Again they nodded thoughtfully, glad that all had been made new since Eldarion’s father had come rule both Gondor and Arnor.
They went on, now riding upon the steeds that had been brought to this place by a different route in preparation for their continued journey. They went without a great deal of hurry, enjoying the vistas they were granted and speaking of their fathers’ memories and their own hopes and dreams for the future.
In time they came to what had been the borders of Laurelindórenan, where still mellyrn grew in silver and golden majesty, although now more common, mortal trees grew between them and in the growing number of gaps where the great trees nurtured and sustained by the Lady’s power had begun to succumb to their great age and the coming of certain insects and diseases into their midst. They were greeted by those Elves that yet remained within the bounds of their ancient lands, welcomed in light of their relationship to the Ringbearer and his companions and Eldarion’s blood ties to their Lord and Lady.
Radagast looked on the new trees growing vigorously amidst the stately mellyrn with mixed approval and regret. “The old make way for the young here as elsewhere,” he sighed. “It is ever thus in these lands, and certainly there is a feeling of rightness to it. But it is often difficult to let go of the familiar.”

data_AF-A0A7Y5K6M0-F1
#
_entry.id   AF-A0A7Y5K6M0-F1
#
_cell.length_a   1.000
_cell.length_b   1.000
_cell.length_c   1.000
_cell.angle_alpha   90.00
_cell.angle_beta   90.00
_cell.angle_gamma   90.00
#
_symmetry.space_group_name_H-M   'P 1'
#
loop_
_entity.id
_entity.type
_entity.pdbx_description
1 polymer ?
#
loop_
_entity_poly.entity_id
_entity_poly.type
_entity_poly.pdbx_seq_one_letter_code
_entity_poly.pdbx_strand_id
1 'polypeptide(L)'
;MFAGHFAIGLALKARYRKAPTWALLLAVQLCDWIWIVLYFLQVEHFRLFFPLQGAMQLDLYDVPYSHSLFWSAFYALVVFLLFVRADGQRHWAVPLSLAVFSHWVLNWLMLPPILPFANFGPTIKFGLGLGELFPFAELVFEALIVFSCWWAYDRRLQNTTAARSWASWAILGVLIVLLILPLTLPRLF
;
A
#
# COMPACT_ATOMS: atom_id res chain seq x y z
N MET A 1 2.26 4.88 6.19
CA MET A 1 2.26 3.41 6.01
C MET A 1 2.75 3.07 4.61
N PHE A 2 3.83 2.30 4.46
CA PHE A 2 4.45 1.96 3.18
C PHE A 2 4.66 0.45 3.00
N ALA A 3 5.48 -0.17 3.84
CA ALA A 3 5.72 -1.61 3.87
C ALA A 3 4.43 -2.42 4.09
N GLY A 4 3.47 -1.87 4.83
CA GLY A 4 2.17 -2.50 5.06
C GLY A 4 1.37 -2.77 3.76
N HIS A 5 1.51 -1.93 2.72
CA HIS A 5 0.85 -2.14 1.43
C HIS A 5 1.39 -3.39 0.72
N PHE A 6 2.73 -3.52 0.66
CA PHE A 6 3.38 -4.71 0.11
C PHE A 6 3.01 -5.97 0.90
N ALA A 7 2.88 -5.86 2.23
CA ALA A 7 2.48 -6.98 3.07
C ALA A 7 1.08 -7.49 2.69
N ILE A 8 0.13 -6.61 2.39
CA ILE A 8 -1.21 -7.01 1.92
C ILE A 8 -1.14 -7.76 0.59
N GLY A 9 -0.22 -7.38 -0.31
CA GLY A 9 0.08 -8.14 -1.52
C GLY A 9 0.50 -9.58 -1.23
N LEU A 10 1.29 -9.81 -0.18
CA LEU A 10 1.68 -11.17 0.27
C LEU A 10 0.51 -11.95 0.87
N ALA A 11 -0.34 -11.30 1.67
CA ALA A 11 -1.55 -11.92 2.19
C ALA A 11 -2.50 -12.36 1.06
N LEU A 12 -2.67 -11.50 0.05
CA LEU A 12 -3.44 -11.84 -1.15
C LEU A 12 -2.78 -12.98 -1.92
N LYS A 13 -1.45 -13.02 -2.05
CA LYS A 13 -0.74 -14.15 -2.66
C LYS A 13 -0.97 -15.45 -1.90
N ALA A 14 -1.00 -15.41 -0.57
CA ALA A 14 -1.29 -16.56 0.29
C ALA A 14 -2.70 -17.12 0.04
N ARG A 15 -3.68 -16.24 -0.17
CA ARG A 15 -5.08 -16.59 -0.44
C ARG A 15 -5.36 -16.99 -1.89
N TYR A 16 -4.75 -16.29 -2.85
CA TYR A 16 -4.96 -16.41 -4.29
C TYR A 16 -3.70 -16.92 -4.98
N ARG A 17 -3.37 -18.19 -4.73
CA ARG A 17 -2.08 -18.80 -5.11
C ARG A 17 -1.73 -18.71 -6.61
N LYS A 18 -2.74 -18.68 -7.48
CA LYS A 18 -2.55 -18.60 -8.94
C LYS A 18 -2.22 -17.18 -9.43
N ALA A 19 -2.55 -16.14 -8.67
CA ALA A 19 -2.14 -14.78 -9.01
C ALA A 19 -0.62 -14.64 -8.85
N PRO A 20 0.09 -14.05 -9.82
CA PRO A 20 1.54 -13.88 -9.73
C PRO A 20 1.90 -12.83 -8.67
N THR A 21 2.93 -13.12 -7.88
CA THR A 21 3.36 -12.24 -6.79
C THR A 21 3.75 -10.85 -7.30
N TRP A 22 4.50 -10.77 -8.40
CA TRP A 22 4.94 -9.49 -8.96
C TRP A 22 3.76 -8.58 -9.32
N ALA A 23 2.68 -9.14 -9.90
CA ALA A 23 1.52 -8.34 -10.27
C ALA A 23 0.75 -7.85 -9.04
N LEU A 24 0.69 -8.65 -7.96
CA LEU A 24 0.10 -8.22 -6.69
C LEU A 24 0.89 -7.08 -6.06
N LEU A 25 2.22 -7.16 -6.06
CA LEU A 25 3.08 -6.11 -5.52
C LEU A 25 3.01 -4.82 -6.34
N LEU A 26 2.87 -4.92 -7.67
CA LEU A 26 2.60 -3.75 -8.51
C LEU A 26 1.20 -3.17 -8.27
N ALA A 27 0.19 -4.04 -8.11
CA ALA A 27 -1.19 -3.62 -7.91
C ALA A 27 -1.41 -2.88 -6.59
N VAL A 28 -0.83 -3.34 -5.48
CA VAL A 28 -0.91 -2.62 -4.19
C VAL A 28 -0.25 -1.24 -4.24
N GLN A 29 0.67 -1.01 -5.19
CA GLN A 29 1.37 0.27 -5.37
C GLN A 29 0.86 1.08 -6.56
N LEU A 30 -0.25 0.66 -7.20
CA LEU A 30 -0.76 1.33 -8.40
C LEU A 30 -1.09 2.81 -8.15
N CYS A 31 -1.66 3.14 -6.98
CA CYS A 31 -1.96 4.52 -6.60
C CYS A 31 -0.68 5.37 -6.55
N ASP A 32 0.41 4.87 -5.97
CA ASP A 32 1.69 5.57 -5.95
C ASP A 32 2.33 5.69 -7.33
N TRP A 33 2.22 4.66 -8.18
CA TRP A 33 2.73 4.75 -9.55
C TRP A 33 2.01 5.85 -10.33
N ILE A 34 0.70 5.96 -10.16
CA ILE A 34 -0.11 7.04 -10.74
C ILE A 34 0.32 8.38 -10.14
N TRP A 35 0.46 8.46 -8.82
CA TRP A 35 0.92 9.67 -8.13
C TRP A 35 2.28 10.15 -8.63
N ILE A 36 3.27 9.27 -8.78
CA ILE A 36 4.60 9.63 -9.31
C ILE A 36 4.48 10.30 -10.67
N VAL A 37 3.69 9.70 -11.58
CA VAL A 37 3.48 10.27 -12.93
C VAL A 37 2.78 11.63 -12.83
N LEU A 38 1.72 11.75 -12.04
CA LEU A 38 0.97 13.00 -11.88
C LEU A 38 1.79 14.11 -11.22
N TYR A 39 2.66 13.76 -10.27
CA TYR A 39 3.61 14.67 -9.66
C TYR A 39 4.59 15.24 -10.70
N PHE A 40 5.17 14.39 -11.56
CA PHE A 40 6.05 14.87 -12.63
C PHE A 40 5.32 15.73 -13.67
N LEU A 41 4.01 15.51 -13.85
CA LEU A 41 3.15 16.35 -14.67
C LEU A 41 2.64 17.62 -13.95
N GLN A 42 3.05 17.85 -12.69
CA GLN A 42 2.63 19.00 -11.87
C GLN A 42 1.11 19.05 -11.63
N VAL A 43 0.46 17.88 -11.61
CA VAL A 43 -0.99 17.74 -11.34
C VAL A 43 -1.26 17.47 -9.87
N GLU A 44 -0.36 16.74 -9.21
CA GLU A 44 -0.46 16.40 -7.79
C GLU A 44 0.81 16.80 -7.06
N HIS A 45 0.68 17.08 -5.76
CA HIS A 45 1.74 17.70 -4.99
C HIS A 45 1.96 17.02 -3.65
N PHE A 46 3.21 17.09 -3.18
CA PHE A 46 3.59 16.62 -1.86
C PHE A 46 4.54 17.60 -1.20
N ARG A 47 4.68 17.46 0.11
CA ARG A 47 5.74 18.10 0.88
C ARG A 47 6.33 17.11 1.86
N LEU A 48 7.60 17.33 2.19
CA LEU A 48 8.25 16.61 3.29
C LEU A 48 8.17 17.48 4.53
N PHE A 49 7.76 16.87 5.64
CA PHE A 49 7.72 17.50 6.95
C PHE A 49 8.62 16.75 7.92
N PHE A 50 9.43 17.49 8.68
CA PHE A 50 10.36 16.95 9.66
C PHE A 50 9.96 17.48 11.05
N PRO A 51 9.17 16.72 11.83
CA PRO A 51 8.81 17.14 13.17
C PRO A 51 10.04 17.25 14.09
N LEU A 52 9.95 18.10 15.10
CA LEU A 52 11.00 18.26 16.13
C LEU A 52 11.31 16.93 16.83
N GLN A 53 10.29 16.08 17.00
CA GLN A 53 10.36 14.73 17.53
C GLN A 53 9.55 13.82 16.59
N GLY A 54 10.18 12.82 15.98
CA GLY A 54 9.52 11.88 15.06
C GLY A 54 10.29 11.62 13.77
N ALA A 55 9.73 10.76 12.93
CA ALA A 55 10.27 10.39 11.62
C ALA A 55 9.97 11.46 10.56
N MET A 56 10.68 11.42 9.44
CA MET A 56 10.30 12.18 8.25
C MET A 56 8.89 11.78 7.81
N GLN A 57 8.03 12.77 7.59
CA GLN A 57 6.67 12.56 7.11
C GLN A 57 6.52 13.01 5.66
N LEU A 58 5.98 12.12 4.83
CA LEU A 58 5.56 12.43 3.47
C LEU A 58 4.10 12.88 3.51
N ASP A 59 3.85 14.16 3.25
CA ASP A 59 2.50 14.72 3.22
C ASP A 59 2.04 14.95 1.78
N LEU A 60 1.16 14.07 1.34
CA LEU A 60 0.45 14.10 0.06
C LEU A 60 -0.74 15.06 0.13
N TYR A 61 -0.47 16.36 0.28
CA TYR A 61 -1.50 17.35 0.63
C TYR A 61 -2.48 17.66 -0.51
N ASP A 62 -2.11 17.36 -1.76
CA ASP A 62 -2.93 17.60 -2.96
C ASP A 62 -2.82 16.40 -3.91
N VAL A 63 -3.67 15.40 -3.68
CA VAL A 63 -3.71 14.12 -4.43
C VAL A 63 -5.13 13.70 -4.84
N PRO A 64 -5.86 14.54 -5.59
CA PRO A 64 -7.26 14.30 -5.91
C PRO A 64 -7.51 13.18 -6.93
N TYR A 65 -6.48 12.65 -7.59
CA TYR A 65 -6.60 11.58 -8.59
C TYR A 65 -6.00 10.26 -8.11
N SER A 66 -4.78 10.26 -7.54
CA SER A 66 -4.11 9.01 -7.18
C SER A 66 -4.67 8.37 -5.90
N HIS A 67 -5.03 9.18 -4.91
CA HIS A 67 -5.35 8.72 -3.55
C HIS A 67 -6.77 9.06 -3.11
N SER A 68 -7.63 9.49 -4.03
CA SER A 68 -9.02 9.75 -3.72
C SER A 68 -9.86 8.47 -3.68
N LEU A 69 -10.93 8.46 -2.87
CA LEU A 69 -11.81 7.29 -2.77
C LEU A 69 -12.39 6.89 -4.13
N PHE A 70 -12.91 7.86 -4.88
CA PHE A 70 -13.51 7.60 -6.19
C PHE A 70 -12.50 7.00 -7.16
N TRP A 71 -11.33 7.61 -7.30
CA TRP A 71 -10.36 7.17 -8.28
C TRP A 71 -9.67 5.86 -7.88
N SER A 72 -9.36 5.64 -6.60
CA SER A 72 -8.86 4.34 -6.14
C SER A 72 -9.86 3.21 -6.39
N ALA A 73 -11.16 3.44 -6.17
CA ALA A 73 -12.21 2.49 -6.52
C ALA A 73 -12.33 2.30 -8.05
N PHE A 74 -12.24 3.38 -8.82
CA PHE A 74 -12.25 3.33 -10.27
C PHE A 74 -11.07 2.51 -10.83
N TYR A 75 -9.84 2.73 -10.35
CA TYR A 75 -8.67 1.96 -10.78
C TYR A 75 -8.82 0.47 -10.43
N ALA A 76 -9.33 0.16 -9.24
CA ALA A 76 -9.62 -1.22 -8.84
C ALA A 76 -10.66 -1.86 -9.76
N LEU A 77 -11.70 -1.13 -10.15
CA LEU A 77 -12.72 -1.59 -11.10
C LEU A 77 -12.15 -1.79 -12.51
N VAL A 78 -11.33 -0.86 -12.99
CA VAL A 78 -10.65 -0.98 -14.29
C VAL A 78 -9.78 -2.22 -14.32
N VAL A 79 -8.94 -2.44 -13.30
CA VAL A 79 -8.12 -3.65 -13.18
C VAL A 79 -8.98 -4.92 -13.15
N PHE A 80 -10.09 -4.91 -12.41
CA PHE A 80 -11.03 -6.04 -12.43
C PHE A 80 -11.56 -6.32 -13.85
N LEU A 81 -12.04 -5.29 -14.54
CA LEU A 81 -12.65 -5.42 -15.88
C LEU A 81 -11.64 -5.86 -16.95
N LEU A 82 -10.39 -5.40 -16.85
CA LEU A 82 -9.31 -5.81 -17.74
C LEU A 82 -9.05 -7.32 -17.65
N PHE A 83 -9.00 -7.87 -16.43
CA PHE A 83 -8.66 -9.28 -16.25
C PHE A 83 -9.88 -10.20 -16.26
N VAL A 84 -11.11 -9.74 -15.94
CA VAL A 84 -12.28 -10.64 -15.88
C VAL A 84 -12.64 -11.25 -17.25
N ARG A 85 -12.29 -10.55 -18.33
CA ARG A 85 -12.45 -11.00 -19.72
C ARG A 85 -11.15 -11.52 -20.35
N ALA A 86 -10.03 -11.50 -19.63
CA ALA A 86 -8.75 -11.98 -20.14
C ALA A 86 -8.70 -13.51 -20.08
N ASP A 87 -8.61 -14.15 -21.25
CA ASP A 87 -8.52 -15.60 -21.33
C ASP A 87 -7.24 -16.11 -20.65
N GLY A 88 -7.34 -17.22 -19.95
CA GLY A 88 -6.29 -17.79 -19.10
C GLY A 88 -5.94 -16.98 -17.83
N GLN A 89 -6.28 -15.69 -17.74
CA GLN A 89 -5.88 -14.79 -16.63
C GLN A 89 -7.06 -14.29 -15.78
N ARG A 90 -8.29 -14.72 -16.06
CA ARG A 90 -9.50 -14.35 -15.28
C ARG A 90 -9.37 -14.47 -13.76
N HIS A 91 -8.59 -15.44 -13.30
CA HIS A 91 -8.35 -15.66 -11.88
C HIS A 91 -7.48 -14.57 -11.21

The elleth who served as their immediate hostess looked about her where they stood by the landing where the pleasure boats of the Galadhrim had always been kept, her expression thoughtful. “Change is the way here in the Mortal Lands. It is true that our beloved Lady Galadriel kept it at bay for many ennin, but we have learned over the many ages we have lived that we merely postpone the changes to come, we do not deter them.” Her eyes followed Eldarion as he knelt to examine the carving done on the pleasure boat that had been crafted for the specific use of his mother’s grandparents, and there was a curious hunger to be seen in them. “We have not heard the voices of children here for so very long, and I find now that we have been the poorer for it. In clinging so strongly to ancient glories we have almost lost the ability to look to the future. I hope that when we come to Aman we will find ourselves again able to look forward rather than ever to our past, and that we shall again rejoice to give birth and to watch our children discover the delights of living as do these younglings. He reminds me of Elladan and Elrohir when they were children and were brought here by their parents. I had almost forgotten what it is like to be with children….”
They stayed within the remains of the Golden Wood for less than a fortnight, climbing to the great flet on which the house of Lord Celeborn and Lady Galadriel had been built; visiting the sunken garden where the Lady had bade Frodo Baggins and Samwise Gamgee to look into her mirror, treading the green grass that clad the sides of the hill on which Amroth had dwelt, and listening with delight to the song of Nimrodel echoed in the stream that bore her name. But they did not wish to linger longer, for they were mortal and must look to the future rather than to a rapidly fleeing past. The sky was filled with scudding clouds on the day they set off again northward following the valley of the Anduin, returning to the King’s new highway on ponies and horses that proved as eager to resume their journey as were they.